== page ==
During the past year, the government sustained efforts to provide modest protection to child trafficking victims, but showed no discernible efforts to identify or protect any adult victims. The government reported its identification of 580 potential victims of child trafficking in 2013; the majority of these children were intercepted and rescued prior to reaching their destinations, where they would likely face exploitation, typically as farms laborers or domestic servants. The government reported that all 580 children were referred to care facilities, although it is unclear how many were supported by government services. A government report on commercial child sexual exploitation found 1,533 children in prostitution; it failed to provide information regarding whether they were trafficking victims and whether they were removed from their exploitative situations or referred to assistance. The government failed to identify any adult victims of trafficking.
In Lome, the Ministry of Social Affairs (MSA) continued to run a toll-free 24-hour helpline, Allo 10-11, which received an unknown number of calls regarding child trafficking and other forms of child abuse. The National Committee for the Reception and Social Reinsertion of Trafficked Children (CNARSEVT), Togo’s national anti-trafficking committee comprised of government officials and NGOs, continued to operate jointly with the police an ad hoc referral system to respond to hotline tips; these entities transferred an unknown number of rescued victims to appropriate shelters using a government-run mobile response unit. The MSA continued to operate two shelters; the Tokoin Community Center served as an intermediary shelter for child victims before transfer to care facilities managed by NGOs, while the Oasis Center provided shelter, legal, medical, and social services to child victims up to age 14. Officials also referred victims to several NGO-run shelters. The government spent the equivalent of approximately $61,770 on victim assistance and protection, a slight increase from the 2012 budget of $60,500.
CNARSEVT managed the return of an unknown number of Togolese trafficking victims from abroad and reported their referral to shelters for assistance; it does not, however, have procedures in place to facilitate the return and reintegration of Togolese nationals in a systematic fashion. The government did not offer temporary or permanent residency status to foreign victims facing hardship or retribution upon return to their country of origin. The government does not have a formal process in place to encourage victims to participate in the investigation and prosecution of their traffickers and it is unclear whether any victims did so during the reporting period. There were no reports of child victims being penalized for unlawful acts committed as a direct result of being trafficked; the government does not consider adults as trafficking victims and, therefore, some unidentified adult victims may have been penalized for such crimes.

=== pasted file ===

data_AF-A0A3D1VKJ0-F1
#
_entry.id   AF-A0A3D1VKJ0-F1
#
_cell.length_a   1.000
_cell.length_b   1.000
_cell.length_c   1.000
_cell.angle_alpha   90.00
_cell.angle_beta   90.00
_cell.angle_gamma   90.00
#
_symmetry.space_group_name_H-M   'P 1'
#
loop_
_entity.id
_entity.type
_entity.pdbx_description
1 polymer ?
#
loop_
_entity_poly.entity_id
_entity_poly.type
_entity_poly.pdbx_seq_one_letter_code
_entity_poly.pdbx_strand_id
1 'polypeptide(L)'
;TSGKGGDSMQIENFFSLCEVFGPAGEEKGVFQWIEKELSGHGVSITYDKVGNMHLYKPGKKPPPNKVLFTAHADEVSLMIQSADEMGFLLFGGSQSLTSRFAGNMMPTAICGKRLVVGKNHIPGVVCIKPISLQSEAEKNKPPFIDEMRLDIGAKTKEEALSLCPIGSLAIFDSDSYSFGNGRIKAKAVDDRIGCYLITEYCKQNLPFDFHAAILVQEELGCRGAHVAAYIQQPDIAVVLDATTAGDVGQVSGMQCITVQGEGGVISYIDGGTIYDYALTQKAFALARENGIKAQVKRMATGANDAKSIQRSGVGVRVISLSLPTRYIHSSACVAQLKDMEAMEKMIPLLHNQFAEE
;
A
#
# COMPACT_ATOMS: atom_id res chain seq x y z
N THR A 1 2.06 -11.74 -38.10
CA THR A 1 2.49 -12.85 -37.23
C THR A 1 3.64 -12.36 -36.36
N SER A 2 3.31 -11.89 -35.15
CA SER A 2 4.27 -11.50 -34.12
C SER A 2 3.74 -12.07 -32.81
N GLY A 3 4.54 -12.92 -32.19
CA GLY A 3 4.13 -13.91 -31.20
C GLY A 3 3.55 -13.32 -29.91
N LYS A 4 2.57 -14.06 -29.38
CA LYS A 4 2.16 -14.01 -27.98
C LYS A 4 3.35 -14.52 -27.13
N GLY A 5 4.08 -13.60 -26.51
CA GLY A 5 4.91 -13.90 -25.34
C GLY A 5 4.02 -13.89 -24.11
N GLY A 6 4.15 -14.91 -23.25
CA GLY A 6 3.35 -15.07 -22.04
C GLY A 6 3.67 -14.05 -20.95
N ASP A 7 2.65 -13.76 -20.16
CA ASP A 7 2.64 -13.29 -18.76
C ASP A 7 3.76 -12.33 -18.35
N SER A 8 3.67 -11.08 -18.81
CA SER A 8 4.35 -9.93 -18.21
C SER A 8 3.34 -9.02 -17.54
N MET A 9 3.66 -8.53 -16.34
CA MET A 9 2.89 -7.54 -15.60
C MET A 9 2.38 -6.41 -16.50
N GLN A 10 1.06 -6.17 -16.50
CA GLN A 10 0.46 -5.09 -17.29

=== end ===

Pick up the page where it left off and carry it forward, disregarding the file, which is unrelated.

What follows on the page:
The government sustained modest efforts to prevent child trafficking during the year, but showed no discernible efforts to prevent adult trafficking. CNARSEVT continued to operate local vigilance committees, made up of seven elected representatives from each village in Togo, which are charged with informing the police of suspicious actions relating to trafficking. Additionally, CNARSEVT provided basic anti-trafficking training to a variety of government workers, including forest rangers, bus attendants, and customs officials, in an effort to identify and prevent the movement of victims and potential victims to labor sites. The government reduced the demand for forced labor by outlawing and closing unlicensed sand and rock quarries, which commonly exploit children for forced labor. Additionally, the MSA initiated a program to partner with 30 traditional religious leaders to eliminate the practice of religious “apprenticeships”—a practice in which children are entrusted to religious leaders and are subsequently exploited in forced begging, forced domestic work, or sexual slavery when parents are unable to pay school fees. Although the government released a report on commercial child sexual exploitation in Togo in 2013, it did not take any discernible measures to decrease the demand for commercial sex acts. The government provided anti-trafficking training to Togolese troops prior to their deployment abroad on international peacekeeping missions.